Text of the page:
FIGURE 7
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Figure 7. Leptin levels in pre and post training. CG, control group; EG, exercise group; ZMG, Zataria Multiflora group; EZMG, Exercise and Zataria Multiflora group. Data are expressed as means ± SD.∗∗P < 0.01, ∗∗∗P < 0.001 versus post-test in CG group. ###P < 0.001 versus post-test in ZMG group. ¥P < 0.05, ¥¥¥P < 0.001 versus pre-test in same group.

FGF21

There was a significant interaction between time and group for FGF21 (Figure 8) [F(3,44) = 6.1, p = 0.001, η2 = 0.29]. FGF21levels were significantly different between groups at post-intervention [F(3,44) = 14.1, p = 0.000, η2 = 0.49], with significant higher values in EG (mean = 281.6, SD = 5.5, p = 0.004) and ZMEG (mean = 300.9, SD = 5.5, p = 0.000) in comparison with CG (mean = 252.7, SD = 5.5). FGF21levels were also higher at post-intervention in ZMEG (mean = 300.9, SD = 5.5, p = 0.000) in comparison with ZMG (mean = 265.7, SD = 5.5). There were significant differences over the time for FGF21in EG [F(1,44) = 12.5, p = 0.001, η2 = 0.22] and ZMEG [F(1,44) = 30.7, p = 0.000, η2 = 0.41], with higher values at post-intervention in EG (mean = 281.6, SD = 5.5, p = 0.001) and ZMEG (mean = 300.9, SD = 5.5, p = 0.000) in comparison with baseline (EG = 254.2, SD = 5.6, ZMEG = 258.1, SD = 5.6).

FIGURE 8
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Figure 8. FGF21 levels in pre and post training. CG, control group; EG, exercise group; ZMG, Zataria Multiflora group; EZMG, Exercise and Zataria Multiflora group. Data are expressed as means ± SD.∗∗P < 0.01, ∗∗∗P < 0.001 versus post-test in CG group. ###P < 0.001 versus post-test in ZMG group. ¥¥P < 0.01, ¥¥¥P < 0.001 versus pre-test in same group.

Discussion

The beneficial effects of exercise-induced changes on select circulating adipokines in diverse populations have been well investigated (Sakurai et al., 2013). However, there does not appear to have been any study to date that has examined the combined effect of exercise training (i.e., resistance [CRT]) and herbal supplements (i.e., Zataria Multiflora) on circulating adipokines in postmenopausal women. To the best of our knowledge, this is the first study to report on the independent and combined effects of CRT and Zataria Multiflora on selected circulating adipokines in postmenopausal women. The present study tested the hypothesis that 8 weeks Zataria Multiflora supplementation along with CRT would have additional positive effects more than alone on circulating adipokines within postmenopausal women. The intervention was well controlled and the participants reported no side effects (e.g., nausea, weariness, headache, dizziness, and stomach problems or sleeplessness, etc.) during and/or following 8 weeks Zataria Multiflora supplementation. Our main findings in the present study were that the CRT and CRT plus Zataria Multiflora supplementation had more individual effects on most adipokines. However, Zataria Multiflora supplementation has little effect alone, indicating CRT as a critical element in the interventions we implemented.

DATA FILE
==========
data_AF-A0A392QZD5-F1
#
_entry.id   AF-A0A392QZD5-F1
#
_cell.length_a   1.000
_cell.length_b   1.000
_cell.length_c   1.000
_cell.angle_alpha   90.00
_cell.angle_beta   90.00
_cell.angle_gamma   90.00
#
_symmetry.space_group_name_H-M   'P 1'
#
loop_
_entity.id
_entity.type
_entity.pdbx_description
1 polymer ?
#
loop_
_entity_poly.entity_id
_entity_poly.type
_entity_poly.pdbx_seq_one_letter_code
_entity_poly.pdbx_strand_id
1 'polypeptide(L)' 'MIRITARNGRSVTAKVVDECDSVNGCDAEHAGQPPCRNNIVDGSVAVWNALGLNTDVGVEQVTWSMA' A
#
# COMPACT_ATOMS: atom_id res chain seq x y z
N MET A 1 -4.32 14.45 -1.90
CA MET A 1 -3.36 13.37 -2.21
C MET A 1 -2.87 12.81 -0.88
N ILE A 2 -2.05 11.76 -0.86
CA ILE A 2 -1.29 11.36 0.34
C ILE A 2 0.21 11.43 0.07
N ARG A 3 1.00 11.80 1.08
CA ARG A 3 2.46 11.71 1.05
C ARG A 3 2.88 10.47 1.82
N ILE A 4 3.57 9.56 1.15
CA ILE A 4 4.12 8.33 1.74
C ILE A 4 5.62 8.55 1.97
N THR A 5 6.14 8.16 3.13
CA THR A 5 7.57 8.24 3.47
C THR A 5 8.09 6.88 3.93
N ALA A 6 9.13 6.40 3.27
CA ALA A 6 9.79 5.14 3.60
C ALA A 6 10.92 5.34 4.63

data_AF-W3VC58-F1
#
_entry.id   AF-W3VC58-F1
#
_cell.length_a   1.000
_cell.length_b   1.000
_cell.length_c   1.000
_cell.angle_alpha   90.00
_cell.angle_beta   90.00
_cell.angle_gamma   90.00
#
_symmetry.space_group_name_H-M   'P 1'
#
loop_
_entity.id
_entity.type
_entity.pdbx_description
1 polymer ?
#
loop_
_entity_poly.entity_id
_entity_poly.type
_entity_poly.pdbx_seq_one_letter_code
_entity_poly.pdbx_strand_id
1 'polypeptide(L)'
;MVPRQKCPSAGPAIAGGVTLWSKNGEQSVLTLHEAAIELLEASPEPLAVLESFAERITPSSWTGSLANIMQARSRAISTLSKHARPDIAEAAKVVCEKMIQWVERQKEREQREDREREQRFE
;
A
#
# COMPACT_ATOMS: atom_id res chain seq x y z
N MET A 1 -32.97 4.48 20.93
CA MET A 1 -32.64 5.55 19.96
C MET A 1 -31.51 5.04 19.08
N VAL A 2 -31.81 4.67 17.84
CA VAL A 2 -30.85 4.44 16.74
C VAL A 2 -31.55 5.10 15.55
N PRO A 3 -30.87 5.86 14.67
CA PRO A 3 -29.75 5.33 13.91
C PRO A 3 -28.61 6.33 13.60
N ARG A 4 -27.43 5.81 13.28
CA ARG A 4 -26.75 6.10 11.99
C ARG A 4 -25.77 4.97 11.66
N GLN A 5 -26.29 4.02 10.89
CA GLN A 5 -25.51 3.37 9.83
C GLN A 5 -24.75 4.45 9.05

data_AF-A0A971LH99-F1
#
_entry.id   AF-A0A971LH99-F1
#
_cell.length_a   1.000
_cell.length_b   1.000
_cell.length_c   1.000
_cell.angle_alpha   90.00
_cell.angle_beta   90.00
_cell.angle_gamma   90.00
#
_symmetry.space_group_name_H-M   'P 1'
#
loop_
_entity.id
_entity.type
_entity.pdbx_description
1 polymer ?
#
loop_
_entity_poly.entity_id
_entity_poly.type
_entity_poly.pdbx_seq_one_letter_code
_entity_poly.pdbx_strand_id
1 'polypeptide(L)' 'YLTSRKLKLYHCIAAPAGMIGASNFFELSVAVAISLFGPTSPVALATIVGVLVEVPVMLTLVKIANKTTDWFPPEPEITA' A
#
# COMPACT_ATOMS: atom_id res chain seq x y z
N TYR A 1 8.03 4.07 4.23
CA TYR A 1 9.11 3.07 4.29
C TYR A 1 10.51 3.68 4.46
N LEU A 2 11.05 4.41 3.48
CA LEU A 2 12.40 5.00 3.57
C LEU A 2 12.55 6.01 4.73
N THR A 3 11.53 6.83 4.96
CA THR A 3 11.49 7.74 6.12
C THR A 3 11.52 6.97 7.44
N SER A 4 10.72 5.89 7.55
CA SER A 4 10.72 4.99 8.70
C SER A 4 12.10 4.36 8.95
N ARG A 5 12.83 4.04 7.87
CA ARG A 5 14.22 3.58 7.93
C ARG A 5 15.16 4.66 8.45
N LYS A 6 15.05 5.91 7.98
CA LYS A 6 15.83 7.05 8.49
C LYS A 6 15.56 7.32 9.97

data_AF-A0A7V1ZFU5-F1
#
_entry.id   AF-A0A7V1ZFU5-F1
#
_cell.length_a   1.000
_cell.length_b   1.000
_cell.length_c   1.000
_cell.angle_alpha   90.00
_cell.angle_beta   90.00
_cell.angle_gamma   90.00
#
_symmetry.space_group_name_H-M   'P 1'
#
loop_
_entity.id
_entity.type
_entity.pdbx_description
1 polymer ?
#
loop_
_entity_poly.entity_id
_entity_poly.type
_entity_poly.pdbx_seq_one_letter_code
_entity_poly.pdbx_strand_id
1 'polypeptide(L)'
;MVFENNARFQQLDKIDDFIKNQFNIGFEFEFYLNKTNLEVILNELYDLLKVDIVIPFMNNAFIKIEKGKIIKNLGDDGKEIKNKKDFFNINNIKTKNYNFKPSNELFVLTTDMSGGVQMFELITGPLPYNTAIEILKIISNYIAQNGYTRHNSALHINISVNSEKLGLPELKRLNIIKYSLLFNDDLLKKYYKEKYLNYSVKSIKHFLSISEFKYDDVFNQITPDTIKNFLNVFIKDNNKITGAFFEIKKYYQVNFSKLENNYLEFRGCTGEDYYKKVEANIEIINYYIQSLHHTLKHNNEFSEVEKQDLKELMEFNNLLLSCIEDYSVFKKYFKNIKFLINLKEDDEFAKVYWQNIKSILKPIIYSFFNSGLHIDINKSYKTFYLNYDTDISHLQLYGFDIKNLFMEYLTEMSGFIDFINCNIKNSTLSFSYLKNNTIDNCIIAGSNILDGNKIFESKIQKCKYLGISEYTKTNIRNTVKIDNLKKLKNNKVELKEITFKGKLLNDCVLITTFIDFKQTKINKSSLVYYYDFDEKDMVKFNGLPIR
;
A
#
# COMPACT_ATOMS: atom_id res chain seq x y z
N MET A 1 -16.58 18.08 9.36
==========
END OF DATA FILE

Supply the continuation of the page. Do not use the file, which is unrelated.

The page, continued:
Visfatin

While plenty of studies have been conducted on visfatin and its role in metabolism, most of them suggest that visfatin is a highly expressed adipokine in visceral adipose tissue (VAT), which mediates glucose homeostasis (Seo et al., 2011). Moreover, it makes a nutrient-sensing mechanism, modulate B-cell function and finally prevent diabetes (Haus et al., 2009). Our results showed that 8 weeks of CRT was the single greatest reason for the significant decrease of visfatin plasma levels in postmenopausal women. Zataria Multiflora did not show an effect on visfatin without being combined with CRT exercise. Despite antioxidant and anti-inflammatory effect of Zataria Multiflora (Boskabady and Gholami Mhtaj, 2014) significant effect on visfatin in postmenopausal women was not observed. This study was the first study about the effect of Zataria Multiflora supplementation on visfatin. Therefore, it seems since visfatin is highly expressed in adipose tissue (Seo et al., 2011) and in the postmenopausal stage body fat usually increases (Goodpaster et al., 2005), the Zataria Multiflora could not modulate visfatin level by itself during or the duration of the study (8 weeks period) was not sufficient. On the other hand, a combination of supplementation and CRT was more effective than exercise alone.

Vaspin and Omentin-1